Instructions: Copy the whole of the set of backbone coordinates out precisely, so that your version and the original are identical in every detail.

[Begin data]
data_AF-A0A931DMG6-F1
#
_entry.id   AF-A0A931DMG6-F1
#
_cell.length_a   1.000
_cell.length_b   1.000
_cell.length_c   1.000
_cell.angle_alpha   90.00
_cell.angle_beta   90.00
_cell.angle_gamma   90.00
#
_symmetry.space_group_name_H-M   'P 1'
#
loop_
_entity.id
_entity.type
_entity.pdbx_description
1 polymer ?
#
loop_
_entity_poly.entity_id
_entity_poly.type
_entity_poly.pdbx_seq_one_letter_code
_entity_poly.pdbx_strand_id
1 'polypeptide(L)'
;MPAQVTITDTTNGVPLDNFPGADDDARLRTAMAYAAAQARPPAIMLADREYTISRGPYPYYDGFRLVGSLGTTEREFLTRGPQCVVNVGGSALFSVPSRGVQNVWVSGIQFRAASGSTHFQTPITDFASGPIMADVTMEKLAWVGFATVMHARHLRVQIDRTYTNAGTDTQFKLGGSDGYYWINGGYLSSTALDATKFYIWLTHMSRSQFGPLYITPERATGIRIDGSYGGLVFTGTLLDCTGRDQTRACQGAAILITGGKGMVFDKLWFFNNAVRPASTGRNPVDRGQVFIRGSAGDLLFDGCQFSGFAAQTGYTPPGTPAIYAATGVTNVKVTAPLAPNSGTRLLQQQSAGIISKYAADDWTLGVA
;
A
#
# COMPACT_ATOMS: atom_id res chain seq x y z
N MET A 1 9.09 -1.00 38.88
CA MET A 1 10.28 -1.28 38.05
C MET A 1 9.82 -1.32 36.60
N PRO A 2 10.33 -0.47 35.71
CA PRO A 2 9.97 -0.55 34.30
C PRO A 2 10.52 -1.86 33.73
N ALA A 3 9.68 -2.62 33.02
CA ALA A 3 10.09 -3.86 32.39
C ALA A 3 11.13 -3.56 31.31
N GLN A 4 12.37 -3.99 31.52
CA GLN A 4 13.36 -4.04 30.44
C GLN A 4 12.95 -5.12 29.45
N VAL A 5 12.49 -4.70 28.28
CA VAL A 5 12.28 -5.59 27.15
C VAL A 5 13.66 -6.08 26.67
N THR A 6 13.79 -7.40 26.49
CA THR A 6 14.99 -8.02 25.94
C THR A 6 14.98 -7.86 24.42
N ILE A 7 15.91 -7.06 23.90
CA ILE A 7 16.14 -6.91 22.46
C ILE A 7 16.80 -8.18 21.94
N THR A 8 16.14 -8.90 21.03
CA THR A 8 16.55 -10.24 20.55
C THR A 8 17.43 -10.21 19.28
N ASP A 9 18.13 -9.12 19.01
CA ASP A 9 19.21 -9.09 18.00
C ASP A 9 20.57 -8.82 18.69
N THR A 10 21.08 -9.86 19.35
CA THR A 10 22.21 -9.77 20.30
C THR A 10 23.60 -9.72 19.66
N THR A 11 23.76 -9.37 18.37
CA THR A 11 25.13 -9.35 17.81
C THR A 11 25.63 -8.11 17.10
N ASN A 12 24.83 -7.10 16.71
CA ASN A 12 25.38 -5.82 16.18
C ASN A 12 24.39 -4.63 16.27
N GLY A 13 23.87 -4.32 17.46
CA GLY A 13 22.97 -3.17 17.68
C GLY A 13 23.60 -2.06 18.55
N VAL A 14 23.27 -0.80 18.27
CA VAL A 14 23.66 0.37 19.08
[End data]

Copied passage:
data_AF-A0A931DMG6-F1
#
_entry.id   AF-A0A931DMG6-F1
#
_cell.length_a   1.000
_cell.length_b   1.000
_cell.length_c   1.000
_cell.angle_alpha   90.00
_cell.angle_beta   90.00
_cell.angle_gamma   90.00
#
_symmetry.space_group_name_H-M   'P 1'
#
loop_
_entity.id
_entity.type
_entity.pdbx_description
1 polymer ?
#
loop_
_entity_poly.entity_id
_entity_poly.type
_entity_poly.pdbx_seq_one_letter_code
_entity_poly.pdbx_strand_id
1 'polypeptide(L)'
;MPAQVTITDTTNGVPLDNFPGADDDARLRTAMAYAAAQARPPAIMLADREYTISRGPYPYYDGFRLVGSLGTTEREFLTRGPQCVVNVGGSALFSVPSRGVQNVWVSGIQFRAASGSTHFQTPITDFASGPIMADVTMEKLAWVGFATVMHARHLRVQIDRTYTNAGTDTQFKLGGSDGYYWINGGYLSSTALDATKFYIWLTHMSRSQFGPLYITPERATGIRIDGSYGGLVFTGTLLDCTGRDQTRACQGAAILITGGKGMVFDKLWFFNNAVRPASTGRNPVDRGQVFIRGSAGDLLFDGCQFSGFAAQTGYTPPGTPAIYAATGVTNVKVTAPLAPNSGTRLLQQQSAGIISKYAADDWTLGVA
;
A
#
# COMPACT_ATOMS: atom_id res chain seq x y z
N MET A 1 9.09 -1.00 38.88
CA MET A 1 10.28 -1.28 38.05
C MET A 1 9.82 -1.32 36.60
N PRO A 2 10.33 -0.47 35.71
CA PRO A 2 9.97 -0.55 34.30
C PRO A 2 10.52 -1.86 33.73
N ALA A 3 9.68 -2.62 33.02
CA ALA A 3 10.09 -3.86 32.39
C ALA A 3 11.13 -3.56 31.31
N GLN A 4 12.37 -3.99 31.52
CA GLN A 4 13.36 -4.04 30.44
C GLN A 4 12.95 -5.12 29.45
N VAL A 5 12.49 -4.70 28.28
CA VAL A 5 12.28 -5.59 27.15
C VAL A 5 13.66 -6.08 26.67
N THR A 6 13.79 -7.40 26.49
CA THR A 6 14.99 -8.02 25.94
C THR A 6 14.98 -7.86 24.42
N ILE A 7 15.91 -7.06 23.90
CA ILE A 7 16.14 -6.91 22.46
C ILE A 7 16.80 -8.18 21.94
N THR A 8 16.14 -8.90 21.03
CA THR A 8 16.55 -10.24 20.55
C THR A 8 17.43 -10.21 19.28
N ASP A 9 18.13 -9.12 19.01
CA ASP A 9 19.21 -9.09 18.00
C ASP A 9 20.57 -8.82 18.69
N THR A 10 21.08 -9.86 19.35
CA THR A 10 22.21 -9.77 20.30
C THR A 10 23.60 -9.72 19.66
N THR A 11 23.76 -9.37 18.37
CA THR A 11 25.13 -9.35 17.81
C THR A 11 25.63 -8.11 17.10
N ASN A 12 24.83 -7.10 16.71
CA ASN A 12 25.38 -5.82 16.18
C ASN A 12 24.39 -4.63 16.27
N GLY A 13 23.87 -4.32 17.46
CA GLY A 13 22.97 -3.17 17.68
C GLY A 13 23.60 -2.06 18.55
N VAL A 14 23.27 -0.80 18.27
CA VAL A 14 23.66 0.37 19.08